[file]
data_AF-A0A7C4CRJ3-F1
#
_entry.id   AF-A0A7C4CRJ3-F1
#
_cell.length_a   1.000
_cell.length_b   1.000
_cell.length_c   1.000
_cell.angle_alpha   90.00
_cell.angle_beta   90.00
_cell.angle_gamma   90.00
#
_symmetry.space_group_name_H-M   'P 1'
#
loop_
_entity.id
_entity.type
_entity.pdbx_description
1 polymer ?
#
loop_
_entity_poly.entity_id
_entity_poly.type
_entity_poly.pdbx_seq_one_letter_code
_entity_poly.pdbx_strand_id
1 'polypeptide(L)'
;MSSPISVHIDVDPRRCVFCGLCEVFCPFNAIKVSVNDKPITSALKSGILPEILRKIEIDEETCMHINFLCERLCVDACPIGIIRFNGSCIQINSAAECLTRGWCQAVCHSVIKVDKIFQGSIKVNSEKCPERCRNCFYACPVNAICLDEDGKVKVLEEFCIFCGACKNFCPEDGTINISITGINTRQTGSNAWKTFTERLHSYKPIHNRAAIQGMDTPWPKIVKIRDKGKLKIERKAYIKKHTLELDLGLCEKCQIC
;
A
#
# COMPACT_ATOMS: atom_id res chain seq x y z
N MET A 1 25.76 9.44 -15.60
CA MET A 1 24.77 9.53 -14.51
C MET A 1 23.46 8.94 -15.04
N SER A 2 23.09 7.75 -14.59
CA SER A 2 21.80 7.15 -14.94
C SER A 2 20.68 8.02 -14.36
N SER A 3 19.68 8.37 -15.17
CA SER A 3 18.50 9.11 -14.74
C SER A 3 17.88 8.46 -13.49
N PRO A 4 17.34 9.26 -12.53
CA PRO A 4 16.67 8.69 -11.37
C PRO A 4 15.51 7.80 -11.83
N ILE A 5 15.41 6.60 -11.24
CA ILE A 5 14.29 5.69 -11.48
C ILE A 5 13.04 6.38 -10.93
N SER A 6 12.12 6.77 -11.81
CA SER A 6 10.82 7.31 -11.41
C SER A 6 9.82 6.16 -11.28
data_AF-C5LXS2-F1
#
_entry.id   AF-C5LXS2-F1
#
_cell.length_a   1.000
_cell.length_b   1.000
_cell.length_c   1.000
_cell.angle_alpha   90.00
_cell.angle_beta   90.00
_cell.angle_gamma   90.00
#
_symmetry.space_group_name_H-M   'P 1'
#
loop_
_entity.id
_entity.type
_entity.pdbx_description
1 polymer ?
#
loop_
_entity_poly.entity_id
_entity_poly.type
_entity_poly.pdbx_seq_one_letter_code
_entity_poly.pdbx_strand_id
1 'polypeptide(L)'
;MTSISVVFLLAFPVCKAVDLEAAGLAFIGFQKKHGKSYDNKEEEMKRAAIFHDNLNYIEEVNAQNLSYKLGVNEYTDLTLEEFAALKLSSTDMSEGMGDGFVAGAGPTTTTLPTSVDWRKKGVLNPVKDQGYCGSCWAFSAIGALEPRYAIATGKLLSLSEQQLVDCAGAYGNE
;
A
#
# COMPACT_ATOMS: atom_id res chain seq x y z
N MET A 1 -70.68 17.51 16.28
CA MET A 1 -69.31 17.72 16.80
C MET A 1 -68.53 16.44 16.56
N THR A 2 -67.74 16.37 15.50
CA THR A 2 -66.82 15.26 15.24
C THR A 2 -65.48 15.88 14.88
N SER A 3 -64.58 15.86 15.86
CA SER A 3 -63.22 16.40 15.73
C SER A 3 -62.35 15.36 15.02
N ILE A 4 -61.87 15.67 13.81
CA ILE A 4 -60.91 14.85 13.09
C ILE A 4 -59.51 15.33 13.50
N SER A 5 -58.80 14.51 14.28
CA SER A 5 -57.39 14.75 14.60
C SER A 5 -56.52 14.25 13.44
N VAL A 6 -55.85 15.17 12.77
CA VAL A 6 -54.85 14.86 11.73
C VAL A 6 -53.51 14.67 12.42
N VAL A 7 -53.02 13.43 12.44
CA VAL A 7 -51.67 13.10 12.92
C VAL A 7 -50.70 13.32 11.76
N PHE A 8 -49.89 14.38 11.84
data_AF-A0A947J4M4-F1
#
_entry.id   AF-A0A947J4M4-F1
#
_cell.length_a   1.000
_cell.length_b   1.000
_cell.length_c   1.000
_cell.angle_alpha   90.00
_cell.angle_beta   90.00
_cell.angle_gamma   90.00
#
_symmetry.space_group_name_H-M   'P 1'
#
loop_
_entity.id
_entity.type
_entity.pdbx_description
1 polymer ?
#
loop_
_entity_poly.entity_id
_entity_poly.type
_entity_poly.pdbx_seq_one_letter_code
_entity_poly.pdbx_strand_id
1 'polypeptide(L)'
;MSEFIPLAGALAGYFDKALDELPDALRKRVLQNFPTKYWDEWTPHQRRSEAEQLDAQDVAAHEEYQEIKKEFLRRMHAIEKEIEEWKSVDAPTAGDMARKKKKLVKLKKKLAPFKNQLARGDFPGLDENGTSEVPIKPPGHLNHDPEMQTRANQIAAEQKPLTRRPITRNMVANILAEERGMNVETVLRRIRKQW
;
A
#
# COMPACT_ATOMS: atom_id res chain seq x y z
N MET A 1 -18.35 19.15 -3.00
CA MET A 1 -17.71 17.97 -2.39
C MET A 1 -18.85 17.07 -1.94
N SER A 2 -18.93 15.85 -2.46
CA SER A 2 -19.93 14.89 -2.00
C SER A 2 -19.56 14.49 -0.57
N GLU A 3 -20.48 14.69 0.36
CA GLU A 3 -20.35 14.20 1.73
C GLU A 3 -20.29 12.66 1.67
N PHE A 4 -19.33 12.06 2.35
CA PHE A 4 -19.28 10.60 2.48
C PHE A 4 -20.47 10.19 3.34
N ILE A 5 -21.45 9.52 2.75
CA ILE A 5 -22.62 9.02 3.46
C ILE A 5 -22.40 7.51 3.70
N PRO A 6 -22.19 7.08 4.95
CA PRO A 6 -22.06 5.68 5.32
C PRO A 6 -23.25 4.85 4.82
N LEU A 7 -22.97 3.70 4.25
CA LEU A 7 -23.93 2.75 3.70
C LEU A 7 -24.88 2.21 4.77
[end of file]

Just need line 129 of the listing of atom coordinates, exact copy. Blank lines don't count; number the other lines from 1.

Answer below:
#